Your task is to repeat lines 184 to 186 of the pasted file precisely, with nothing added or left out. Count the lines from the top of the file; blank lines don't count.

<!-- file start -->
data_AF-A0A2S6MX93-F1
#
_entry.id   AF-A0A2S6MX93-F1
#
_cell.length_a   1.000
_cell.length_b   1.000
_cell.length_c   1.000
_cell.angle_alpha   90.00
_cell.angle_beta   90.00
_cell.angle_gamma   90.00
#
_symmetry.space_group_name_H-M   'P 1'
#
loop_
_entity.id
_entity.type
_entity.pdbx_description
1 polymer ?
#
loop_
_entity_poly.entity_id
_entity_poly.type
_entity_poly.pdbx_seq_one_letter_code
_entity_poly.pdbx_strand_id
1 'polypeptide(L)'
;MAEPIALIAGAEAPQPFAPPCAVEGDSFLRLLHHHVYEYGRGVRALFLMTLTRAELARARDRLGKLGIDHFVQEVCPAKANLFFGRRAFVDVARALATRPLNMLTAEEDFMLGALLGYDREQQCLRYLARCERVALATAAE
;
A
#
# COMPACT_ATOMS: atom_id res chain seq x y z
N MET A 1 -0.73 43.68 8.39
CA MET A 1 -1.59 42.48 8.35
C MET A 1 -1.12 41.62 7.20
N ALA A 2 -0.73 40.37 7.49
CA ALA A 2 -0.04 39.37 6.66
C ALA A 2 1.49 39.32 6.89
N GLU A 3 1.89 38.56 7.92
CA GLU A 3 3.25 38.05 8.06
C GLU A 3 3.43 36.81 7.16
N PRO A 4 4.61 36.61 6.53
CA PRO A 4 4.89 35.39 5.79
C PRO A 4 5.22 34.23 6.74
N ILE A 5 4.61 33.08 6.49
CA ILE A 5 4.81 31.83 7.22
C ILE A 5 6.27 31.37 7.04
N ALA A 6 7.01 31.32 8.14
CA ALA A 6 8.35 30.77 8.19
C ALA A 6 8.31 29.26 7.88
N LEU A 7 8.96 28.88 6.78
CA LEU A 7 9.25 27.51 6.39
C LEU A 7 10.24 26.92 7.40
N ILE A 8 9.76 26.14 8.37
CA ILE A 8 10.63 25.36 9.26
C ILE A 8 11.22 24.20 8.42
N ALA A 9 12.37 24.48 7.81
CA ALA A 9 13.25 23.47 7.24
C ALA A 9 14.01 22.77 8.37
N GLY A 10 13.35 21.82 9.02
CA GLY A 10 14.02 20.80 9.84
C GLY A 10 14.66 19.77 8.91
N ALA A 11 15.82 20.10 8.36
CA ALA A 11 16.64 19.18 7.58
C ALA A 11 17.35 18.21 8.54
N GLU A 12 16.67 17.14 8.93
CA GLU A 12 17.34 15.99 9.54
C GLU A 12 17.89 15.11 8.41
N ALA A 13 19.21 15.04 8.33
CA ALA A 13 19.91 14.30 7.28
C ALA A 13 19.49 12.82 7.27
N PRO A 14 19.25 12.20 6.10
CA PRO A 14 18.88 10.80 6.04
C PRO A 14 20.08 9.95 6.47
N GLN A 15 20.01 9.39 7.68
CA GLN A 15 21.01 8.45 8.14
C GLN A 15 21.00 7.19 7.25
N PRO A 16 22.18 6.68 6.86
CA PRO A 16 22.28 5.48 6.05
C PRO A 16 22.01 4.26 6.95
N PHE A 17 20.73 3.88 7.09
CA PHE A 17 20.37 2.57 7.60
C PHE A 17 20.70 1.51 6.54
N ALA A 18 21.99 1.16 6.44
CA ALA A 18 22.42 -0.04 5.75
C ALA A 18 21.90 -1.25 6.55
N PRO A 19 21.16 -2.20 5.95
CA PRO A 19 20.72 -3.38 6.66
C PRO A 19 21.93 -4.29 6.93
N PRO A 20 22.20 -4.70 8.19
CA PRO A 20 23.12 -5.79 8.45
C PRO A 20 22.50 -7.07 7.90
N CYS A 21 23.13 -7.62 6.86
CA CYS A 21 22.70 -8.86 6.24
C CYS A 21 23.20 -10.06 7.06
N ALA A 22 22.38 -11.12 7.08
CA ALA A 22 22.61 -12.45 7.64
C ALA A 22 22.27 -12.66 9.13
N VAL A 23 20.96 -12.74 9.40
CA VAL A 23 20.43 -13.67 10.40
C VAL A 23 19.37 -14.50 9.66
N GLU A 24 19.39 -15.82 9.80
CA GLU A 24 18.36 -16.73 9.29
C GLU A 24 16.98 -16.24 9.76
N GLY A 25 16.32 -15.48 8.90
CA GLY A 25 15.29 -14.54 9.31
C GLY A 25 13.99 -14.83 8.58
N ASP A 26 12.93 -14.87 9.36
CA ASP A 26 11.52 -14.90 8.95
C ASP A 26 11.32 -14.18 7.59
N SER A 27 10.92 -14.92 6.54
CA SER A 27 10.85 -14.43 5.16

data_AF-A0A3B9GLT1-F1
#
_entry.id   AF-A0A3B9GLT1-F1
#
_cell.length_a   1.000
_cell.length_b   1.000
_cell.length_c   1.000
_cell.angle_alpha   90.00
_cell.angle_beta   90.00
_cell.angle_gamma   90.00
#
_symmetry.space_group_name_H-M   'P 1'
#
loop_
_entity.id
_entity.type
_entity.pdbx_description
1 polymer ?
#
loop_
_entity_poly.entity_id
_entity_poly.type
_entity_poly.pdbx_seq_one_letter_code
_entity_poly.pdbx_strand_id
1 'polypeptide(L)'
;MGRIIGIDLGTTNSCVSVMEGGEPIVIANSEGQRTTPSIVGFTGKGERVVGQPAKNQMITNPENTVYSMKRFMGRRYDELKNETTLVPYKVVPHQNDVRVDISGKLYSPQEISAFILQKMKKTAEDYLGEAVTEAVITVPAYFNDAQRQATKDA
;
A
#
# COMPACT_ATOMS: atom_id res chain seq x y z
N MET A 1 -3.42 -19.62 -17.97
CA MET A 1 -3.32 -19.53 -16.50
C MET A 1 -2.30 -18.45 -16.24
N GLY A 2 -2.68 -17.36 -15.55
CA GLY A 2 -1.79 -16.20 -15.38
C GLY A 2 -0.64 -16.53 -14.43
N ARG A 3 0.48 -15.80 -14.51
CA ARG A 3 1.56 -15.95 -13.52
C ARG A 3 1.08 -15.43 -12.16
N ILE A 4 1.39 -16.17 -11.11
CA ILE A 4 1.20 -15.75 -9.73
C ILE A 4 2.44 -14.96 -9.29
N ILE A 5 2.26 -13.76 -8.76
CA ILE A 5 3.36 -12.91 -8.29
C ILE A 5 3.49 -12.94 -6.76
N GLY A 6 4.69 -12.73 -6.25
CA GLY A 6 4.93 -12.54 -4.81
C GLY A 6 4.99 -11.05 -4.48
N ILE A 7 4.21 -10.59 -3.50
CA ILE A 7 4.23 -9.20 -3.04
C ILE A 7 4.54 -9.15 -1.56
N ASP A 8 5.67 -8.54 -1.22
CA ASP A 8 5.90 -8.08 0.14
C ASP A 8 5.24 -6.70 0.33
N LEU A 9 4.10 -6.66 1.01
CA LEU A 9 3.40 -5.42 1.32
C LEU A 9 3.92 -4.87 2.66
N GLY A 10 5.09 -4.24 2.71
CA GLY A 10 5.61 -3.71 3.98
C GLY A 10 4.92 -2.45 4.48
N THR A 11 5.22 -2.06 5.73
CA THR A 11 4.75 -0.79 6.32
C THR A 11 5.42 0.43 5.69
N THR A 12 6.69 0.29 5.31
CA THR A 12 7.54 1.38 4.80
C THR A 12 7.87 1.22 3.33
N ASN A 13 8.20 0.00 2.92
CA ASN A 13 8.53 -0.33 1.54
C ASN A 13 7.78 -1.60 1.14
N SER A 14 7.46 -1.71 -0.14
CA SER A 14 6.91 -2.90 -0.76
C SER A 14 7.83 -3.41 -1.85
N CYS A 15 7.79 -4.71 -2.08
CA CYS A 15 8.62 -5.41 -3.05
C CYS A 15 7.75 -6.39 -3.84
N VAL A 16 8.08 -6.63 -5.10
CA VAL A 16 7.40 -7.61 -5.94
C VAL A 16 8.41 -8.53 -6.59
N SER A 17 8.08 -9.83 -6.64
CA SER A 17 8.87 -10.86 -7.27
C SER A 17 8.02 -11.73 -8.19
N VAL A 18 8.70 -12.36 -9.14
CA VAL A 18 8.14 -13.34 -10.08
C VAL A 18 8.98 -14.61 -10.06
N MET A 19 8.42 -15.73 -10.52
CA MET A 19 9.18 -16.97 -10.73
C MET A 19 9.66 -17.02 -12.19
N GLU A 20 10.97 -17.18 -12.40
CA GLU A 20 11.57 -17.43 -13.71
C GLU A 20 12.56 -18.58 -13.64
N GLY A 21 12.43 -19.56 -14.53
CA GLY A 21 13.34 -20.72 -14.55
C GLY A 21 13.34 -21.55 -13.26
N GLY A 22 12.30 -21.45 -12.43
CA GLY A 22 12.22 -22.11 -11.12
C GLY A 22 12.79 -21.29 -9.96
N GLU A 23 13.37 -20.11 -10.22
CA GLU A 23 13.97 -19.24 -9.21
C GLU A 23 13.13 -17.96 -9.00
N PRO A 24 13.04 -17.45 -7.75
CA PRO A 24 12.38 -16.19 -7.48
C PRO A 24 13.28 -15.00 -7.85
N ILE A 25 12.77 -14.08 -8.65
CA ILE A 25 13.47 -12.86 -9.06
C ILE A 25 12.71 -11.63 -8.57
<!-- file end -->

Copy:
CA CYS A 15 8.62 -5.41 -3.05
C CYS A 15 7.75 -6.39 -3.84
N VAL A 16 8.08 -6.63 -5.10